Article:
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Faculty Senate meets

President presents update on search for new provost

University of Delaware President Dennis Assanis kicked off the Faculty Senate meeting on Monday, Dec. 4, with an update on the search for a new provost. Assanis said the University plans to fill the open position before the start of the 2018-19 school year.

He highlighted the importance of transparency in the process of selecting a candidate and emphasized four key components: the search process itself, the composition of the committee, confidentiality and outcome.

“I believe the search committee will play a critical role in finding the new provost,” Assanis said, noting that every effort was made to consult widely with the campus community and to engage a committee that is representative of multiple disciplines and perspectives of the academic community.

The search committee is co-chaired by College of Earth, Ocean, and Environment Dean Estella Atekwana and College of Arts and Sciences Associate Dean John Pelesko, professor of mathematical sciences. The provost’s search committee held two forums last month to gather input from the campus community on which qualities are most important to them in a chief academic officer.

Based on input from the campus constituencies, the search committee is currently developing the position profile and plans to post the job before the winter holiday break.  The search will remain open for candidates to apply through the end of February. The committee plans to screen applications in early March, and then invite candidates to participate in an initial round of interviews at an off-campus location.

Assanis addressed the need for confidentiality in the interview process, noting that, in searches for provost, confidentiality is often critical in order to build the strongest possible pool of candidates. He explained that highly qualified prospects may not want their interest in the job search to be made public. At the same time, he noted that he appreciates the need for a broader vetting of the outcome of the search process by representative stakeholders outside the search committee.  Assanis invited the faculty to advise and comment on the search plan, asking that suggestions be submitted over the week following the senate meeting.

Concurrent to the search for a new provost, Assanis noted that the University will conduct a search for a new dean of the College of Engineering.  Current Dean Babatunde Ogunnaike has graciously agreed to continue to serve in this capacity for the College of Engineering until a successor is named; he will then return to faculty. Assanis plans to select the new provost before the College of Engineering dean, so the new provost can weigh in on the dean selection.

On Friday, Dec. 8, Assanis and Interim Provost Robin Morgan sent an email to the campus community announcing the members of the dean of the College of Engineering Search Committee, which will hold a campus forum open to all students, faculty and staff at 11 a.m. Wednesday, Dec. 13, in Room 106 of the Center for Composite Materials. That committee is co-chaired by Thomas Epps, Jr., the Thomas and Kipp Gutshall Professor of Chemical and Biomolecular Engineering, and Cathy Wu, the Unidel Edward G. Jefferson Chair in Engineering and Computer Science.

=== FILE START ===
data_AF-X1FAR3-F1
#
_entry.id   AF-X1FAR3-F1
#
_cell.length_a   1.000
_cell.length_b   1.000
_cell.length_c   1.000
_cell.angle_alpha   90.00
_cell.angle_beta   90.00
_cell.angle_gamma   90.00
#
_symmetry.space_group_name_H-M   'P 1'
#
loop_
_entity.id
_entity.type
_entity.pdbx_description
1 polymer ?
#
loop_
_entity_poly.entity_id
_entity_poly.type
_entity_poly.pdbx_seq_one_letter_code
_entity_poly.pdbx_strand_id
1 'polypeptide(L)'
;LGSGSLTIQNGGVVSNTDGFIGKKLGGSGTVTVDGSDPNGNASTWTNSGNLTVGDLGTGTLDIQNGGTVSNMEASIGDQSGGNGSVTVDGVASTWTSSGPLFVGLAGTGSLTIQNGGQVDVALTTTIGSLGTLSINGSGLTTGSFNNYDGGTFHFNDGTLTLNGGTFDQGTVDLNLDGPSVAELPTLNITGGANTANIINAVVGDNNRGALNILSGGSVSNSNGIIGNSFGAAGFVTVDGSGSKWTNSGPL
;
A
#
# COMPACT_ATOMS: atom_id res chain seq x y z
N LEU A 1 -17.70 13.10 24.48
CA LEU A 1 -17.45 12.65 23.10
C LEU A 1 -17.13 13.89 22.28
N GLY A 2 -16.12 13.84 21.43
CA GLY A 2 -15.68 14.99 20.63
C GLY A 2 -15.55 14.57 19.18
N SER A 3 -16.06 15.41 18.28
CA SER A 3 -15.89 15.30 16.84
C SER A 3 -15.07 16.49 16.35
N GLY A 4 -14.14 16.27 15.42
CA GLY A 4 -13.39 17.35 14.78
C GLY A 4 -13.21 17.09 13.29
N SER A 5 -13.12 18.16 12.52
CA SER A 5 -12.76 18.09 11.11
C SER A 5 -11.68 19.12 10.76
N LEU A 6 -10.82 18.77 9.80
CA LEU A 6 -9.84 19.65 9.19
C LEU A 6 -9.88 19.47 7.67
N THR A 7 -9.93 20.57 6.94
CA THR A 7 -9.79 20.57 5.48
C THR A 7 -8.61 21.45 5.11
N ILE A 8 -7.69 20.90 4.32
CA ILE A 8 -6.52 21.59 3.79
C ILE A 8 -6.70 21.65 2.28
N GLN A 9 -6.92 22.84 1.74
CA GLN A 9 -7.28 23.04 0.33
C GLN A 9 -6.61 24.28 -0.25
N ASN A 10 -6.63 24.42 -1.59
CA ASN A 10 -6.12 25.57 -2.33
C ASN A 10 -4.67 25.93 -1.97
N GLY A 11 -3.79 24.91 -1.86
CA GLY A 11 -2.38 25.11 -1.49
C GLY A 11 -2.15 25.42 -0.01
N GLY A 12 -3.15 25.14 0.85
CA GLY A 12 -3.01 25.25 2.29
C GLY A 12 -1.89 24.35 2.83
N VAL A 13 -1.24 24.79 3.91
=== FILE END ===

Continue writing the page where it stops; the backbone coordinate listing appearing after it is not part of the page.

After the remarks from Assanis, Morgan updated the Faculty Senate on the cluster hiring process and reminded them of the Dec. 18 deadline for executive summary proposals. Full proposals will be due on April 2, and Morgan also told the Senate that faculty members are encouraged to share ideas with each other related to the cluster hire process through the Office of the Provost website.

Additionally, Morgan let the Senate know about a $2.5 million grant from the Unidel Foundation for graduate student education, and said she would have more information later about applications for the 2018-19 academic year.

Faculty Senate President Martha Buell gave a reminder about the Delaware First Campaign and said faculty and staff are invited to offer their feedback on the Concur procurement system that will soon be brought online.

Buell also said there is still work to be done following the release of the report of the Provost’s Commission on Tenure-Track Faculty. She encouraged input on work such as the mission statement, policies and procedures for faculty support and development and criteria and process for promotion and tenure for tenure-track faculty.

“We definitely would like to keep this report moving forward,” she said.

In addition, Buell announced a new award for research, scholarship and the creative arts and asked the Senate to consider eligible colleagues. The deadline for nominations is March 1.

The Senate had one piece of new business, which was to consider a revision to the university’s Non-Discrimination Policy. After a lengthy discussion, the Senate voted to hold an open hearing on the issue in February with plans to vote on it at the March meeting.


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